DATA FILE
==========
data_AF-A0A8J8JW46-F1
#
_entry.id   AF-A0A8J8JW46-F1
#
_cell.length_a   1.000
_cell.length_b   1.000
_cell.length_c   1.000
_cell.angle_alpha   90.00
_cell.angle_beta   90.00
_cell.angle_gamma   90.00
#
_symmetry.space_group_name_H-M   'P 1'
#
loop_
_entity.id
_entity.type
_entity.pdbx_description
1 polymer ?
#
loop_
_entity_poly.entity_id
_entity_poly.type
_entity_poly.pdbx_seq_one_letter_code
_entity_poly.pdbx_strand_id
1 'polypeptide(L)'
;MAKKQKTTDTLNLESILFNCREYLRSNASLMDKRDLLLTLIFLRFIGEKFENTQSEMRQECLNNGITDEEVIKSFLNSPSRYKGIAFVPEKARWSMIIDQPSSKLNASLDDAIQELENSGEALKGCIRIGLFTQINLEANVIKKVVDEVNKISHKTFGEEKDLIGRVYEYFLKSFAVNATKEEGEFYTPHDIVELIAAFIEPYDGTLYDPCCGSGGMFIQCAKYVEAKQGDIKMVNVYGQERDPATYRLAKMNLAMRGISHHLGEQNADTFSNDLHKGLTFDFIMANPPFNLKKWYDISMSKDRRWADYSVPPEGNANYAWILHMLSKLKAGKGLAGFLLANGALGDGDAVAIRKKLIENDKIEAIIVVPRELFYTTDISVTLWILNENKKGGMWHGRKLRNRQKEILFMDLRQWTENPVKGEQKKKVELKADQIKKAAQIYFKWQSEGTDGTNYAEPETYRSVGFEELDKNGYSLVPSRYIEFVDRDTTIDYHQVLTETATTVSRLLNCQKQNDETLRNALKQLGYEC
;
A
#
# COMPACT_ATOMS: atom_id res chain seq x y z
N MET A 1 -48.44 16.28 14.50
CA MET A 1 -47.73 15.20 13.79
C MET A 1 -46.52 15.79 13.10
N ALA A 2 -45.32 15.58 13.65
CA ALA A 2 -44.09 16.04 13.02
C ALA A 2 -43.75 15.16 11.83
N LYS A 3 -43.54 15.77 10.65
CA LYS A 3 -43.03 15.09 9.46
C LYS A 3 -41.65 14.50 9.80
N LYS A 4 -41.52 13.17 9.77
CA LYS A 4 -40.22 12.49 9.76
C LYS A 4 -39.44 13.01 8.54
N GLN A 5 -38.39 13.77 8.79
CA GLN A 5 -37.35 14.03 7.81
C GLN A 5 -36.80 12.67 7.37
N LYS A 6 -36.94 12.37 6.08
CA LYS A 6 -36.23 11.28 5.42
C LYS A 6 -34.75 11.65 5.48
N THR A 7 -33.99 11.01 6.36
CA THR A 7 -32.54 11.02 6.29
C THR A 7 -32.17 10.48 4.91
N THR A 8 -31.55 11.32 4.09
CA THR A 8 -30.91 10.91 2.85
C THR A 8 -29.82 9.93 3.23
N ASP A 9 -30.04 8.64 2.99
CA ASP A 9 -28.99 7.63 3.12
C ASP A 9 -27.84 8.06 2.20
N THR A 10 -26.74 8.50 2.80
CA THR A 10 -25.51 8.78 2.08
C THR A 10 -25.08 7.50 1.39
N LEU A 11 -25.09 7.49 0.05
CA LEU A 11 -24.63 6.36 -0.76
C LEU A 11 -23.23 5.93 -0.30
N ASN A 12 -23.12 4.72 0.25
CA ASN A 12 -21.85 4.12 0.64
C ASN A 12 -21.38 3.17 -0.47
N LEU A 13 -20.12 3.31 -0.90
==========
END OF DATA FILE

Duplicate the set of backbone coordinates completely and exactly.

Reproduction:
data_AF-A0A8J8JW46-F1
#
_entry.id   AF-A0A8J8JW46-F1
#
_cell.length_a   1.000
_cell.length_b   1.000
_cell.length_c   1.000
_cell.angle_alpha   90.00
_cell.angle_beta   90.00
_cell.angle_gamma   90.00
#
_symmetry.space_group_name_H-M   'P 1'
#
loop_
_entity.id
_entity.type
_entity.pdbx_description
1 polymer ?
#
loop_
_entity_poly.entity_id
_entity_poly.type
_entity_poly.pdbx_seq_one_letter_code
_entity_poly.pdbx_strand_id
1 'polypeptide(L)'
;MAKKQKTTDTLNLESILFNCREYLRSNASLMDKRDLLLTLIFLRFIGEKFENTQSEMRQECLNNGITDEEVIKSFLNSPSRYKGIAFVPEKARWSMIIDQPSSKLNASLDDAIQELENSGEALKGCIRIGLFTQINLEANVIKKVVDEVNKISHKTFGEEKDLIGRVYEYFLKSFAVNATKEEGEFYTPHDIVELIAAFIEPYDGTLYDPCCGSGGMFIQCAKYVEAKQGDIKMVNVYGQERDPATYRLAKMNLAMRGISHHLGEQNADTFSNDLHKGLTFDFIMANPPFNLKKWYDISMSKDRRWADYSVPPEGNANYAWILHMLSKLKAGKGLAGFLLANGALGDGDAVAIRKKLIENDKIEAIIVVPRELFYTTDISVTLWILNENKKGGMWHGRKLRNRQKEILFMDLRQWTENPVKGEQKKKVELKADQIKKAAQIYFKWQSEGTDGTNYAEPETYRSVGFEELDKNGYSLVPSRYIEFVDRDTTIDYHQVLTETATTVSRLLNCQKQNDETLRNALKQLGYEC
;
A
#
# COMPACT_ATOMS: atom_id res chain seq x y z
N MET A 1 -48.44 16.28 14.50
CA MET A 1 -47.73 15.20 13.79
C MET A 1 -46.52 15.79 13.10
N ALA A 2 -45.32 15.58 13.65
CA ALA A 2 -44.09 16.04 13.02
C ALA A 2 -43.75 15.16 11.83
N LYS A 3 -43.54 15.77 10.65
CA LYS A 3 -43.03 15.09 9.46
C LYS A 3 -41.65 14.50 9.80
N LYS A 4 -41.52 13.17 9.77
CA LYS A 4 -40.22 12.49 9.76
C LYS A 4 -39.44 13.01 8.54
N GLN A 5 -38.39 13.77 8.79
CA GLN A 5 -37.35 14.03 7.81
C GLN A 5 -36.80 12.67 7.37
N LYS A 6 -36.94 12.37 6.08
CA LYS A 6 -36.23 11.28 5.42
C LYS A 6 -34.75 11.65 5.48
N THR A 7 -33.99 11.01 6.36
CA THR A 7 -32.54 11.02 6.29
C THR A 7 -32.17 10.48 4.91
N THR A 8 -31.55 11.32 4.09
CA THR A 8 -30.91 10.91 2.85
C THR A 8 -29.82 9.93 3.23
N ASP A 9 -30.04 8.64 2.99
CA ASP A 9 -28.99 7.63 3.12
C ASP A 9 -27.84 8.06 2.20
N THR A 10 -26.74 8.50 2.80
CA THR A 10 -25.51 8.78 2.08
C THR A 10 -25.08 7.50 1.39
N LEU A 11 -25.09 7.49 0.05
CA LEU A 11 -24.63 6.36 -0.76
C LEU A 11 -23.23 5.93 -0.30
N ASN A 12 -23.12 4.72 0.25
CA ASN A 12 -21.85 4.12 0.64
C ASN A 12 -21.38 3.17 -0.47
N LEU A 13 -20.12 3.31 -0.90